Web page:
NFL points master Morten Andersen spoke with ESM about pro football’s current state of affairs and what needs to ensure a fall return.
(Special thanks to Bet Pennsylvania for arranging this interview)Â
Morten Andersen loves football. It’s hard to dispute that after the Copenhagen native spent over two decades in the NFL (including a single-season with the New York Giants in 2001), a tenure that ended with Andersen becoming only the second placekicker elected to the Pro Football Hall of Fame.
Speaking with ESM via Zoom, Andersen looked back on an illustrious NFL career, fondly recalling how the love of football has gone international. The Michigan State alum became a source of Danish pride at the turn of the century when his 38-yard overtime field goal at the end of the 1999 NFC Championship Game in Minnesota sent the Atlanta Falcons to their first Super Bowl. When Andersen returned home sometime later, his fellow countrymen were more than happy to express their appreciation of a mini-Danish invasion of American football.
That kick not only earned Andersen a trip to the Super Bowl but also free drinks upon visiting a local cafe/bar in the city of Horsens after a speaking engagement. The Crown Prince of Denmark later invited Andersen to Amalienborg Palace after his induction into Canton.
“People knew there was a guy from Denmark playing football, but it was like ‘eh, that’s cute, that’s quirky, that’s a sport we don’t know (anything) about,” Andersen said. “But when I made that kick, the national pride swelled. ‘That’s one of ours, that’s our guy, that’s our Morten, red and white rocks, Danish dynamite!'”
The game certainly looks different than it did when Andersen, who reached the NFL’s all-decade teams twice (1980s/1990s), was in his prime. Changes go far beyond his familiar kicking territory of adjusting the positions of both kickoffs and extra points.
Each of those relatively recent updates has already become an essential part of the gridiron lexicon. Andersen is now interested where football goes on its continued path of change, one that has seen the NFL insert itself into national conversations about systemic racism and injustice.
“The overarching statement from me would be that kindness, love, and tolerance wins the day all the time,” Andersen said when discussing the NFL’s decision to play “Lift Every Voice and Sing”, commonly referred to as the “Black national anthem” prior to games this season. “I think this is a matter of everyone in the world taking a good, transparent look at themselves and where they are as human beings.”
Promoting such a message prompted Andersen to think of The Beatles, one of his favorite rock bands. A noted music fan, Andersen feels like the concepts could be flow if one saw the world through an artist’s eyes. He has some experience in the pop genre, briefly exchanging his kicking tee for a microphone in 1985 when he and fellow New Orleans Saints specialist Brian Hansen wrote and performed the single “Take It To The Top“.
“Music, to me, it’s something that crosses all races. You just don’t feel the divide, to me anyway, in the music business,” Andersen explained. “There’s no much going on across all genres, all races, all beliefs. The common denominator here is the love of music, the call of music.”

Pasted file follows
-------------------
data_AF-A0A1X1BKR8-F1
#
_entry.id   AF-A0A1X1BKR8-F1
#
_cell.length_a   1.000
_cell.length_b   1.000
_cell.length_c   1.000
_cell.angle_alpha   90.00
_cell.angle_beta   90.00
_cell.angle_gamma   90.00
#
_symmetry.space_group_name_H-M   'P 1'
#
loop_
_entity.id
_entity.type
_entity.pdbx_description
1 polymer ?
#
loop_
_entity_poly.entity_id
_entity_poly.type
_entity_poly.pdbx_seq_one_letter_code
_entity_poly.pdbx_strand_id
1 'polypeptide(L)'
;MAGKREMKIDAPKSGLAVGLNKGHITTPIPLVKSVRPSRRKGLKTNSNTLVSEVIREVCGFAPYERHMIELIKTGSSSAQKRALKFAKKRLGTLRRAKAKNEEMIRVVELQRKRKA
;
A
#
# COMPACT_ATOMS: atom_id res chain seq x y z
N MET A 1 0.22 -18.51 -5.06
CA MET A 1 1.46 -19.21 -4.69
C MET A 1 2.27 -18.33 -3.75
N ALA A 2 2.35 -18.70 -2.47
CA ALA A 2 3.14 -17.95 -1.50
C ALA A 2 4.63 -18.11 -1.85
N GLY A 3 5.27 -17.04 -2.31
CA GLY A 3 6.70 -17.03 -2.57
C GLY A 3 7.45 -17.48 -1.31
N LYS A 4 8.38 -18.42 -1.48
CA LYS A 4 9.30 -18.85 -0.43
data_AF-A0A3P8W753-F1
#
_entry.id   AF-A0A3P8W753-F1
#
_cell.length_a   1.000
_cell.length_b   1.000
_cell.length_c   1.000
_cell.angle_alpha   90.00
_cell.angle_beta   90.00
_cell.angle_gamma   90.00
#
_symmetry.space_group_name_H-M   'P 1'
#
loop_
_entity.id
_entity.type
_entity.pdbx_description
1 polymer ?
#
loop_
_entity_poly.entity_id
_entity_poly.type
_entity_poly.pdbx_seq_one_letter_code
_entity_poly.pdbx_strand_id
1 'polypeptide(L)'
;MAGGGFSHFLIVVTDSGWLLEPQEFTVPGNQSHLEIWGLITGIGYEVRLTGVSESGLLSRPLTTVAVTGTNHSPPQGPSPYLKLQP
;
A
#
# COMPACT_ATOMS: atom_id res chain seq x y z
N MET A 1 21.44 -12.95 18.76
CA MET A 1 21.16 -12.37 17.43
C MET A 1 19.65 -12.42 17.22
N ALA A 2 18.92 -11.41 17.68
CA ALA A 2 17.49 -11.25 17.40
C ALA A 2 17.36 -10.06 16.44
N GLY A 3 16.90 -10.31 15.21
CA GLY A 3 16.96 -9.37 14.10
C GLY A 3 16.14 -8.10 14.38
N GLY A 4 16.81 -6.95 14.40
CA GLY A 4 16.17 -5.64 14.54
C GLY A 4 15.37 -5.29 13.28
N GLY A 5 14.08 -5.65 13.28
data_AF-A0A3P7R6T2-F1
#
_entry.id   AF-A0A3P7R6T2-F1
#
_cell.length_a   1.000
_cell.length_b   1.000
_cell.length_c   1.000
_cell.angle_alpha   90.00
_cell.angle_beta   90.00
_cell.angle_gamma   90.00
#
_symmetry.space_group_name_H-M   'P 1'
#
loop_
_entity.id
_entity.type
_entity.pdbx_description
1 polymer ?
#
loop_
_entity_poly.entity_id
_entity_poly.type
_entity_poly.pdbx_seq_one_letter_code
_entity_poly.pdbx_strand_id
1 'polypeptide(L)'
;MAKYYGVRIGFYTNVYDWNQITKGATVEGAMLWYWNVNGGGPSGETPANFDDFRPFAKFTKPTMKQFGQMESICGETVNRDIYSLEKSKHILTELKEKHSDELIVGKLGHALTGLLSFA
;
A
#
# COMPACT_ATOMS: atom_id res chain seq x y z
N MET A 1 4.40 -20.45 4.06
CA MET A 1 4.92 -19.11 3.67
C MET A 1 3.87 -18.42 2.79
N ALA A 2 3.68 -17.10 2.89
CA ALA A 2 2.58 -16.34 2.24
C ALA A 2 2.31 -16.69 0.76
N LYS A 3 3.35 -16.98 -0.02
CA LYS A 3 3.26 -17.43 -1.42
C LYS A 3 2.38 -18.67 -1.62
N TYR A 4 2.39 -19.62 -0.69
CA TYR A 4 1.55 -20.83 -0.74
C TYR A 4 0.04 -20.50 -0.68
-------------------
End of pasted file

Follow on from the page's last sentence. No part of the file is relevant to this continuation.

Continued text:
“I’m not trying to make light of what’s going on the world, I’m just talking philosophically. If you take a page from the world of music, and music-making, there’s a tremendous amount of collaboration going on. Keith Richards, for example, he had his roots in blues and jazz. He was a big fan of reggae. He lived in Jamaica for a long time, he was part of that culture. So you get your influences in music from lots of different people. People who are successful had to start somewhere. That collaboration, I think, is a really great motivator for the world right now.”
Andersen is also looking forward to what the new collective bargaining agreement has to offer. Set to turn 60 in August, Andersen admitted he was most focused on the new pension benefits for retired players. Other new innovations include a higher share of league revenue for active participants and an expanded playoff field.
Now, the question becomes whether we will actually see the 2020 season come to fruition. Andersen commented on the current health crisis by remarking that he “can’t see” fans in the stands “in the beginning” But he’s hopeful that international developments, such as European soccer, can serve as a blueprint and inspiration to carve a path to football in the fall.
Even as a kicker, a position that probably hears the most toxicity from fans no matter how little his time on the field may be, Andersen would prefer to see stands filled…on a safe, healthy basis, of course.
“I feed off that energy. I think all guys would like a full stadium. Nobody likes to play in front of an empty stadium, that’s not ideal, that’s not we’re looking for,” he said. “But that would be the sensitive thing to do initially.”
“Let’s play ball in a safe manner if we can. When the curve says we can bring people back, let’s bring people back.”
Geoff Magliocchetti is on Twitter @GeoffJMags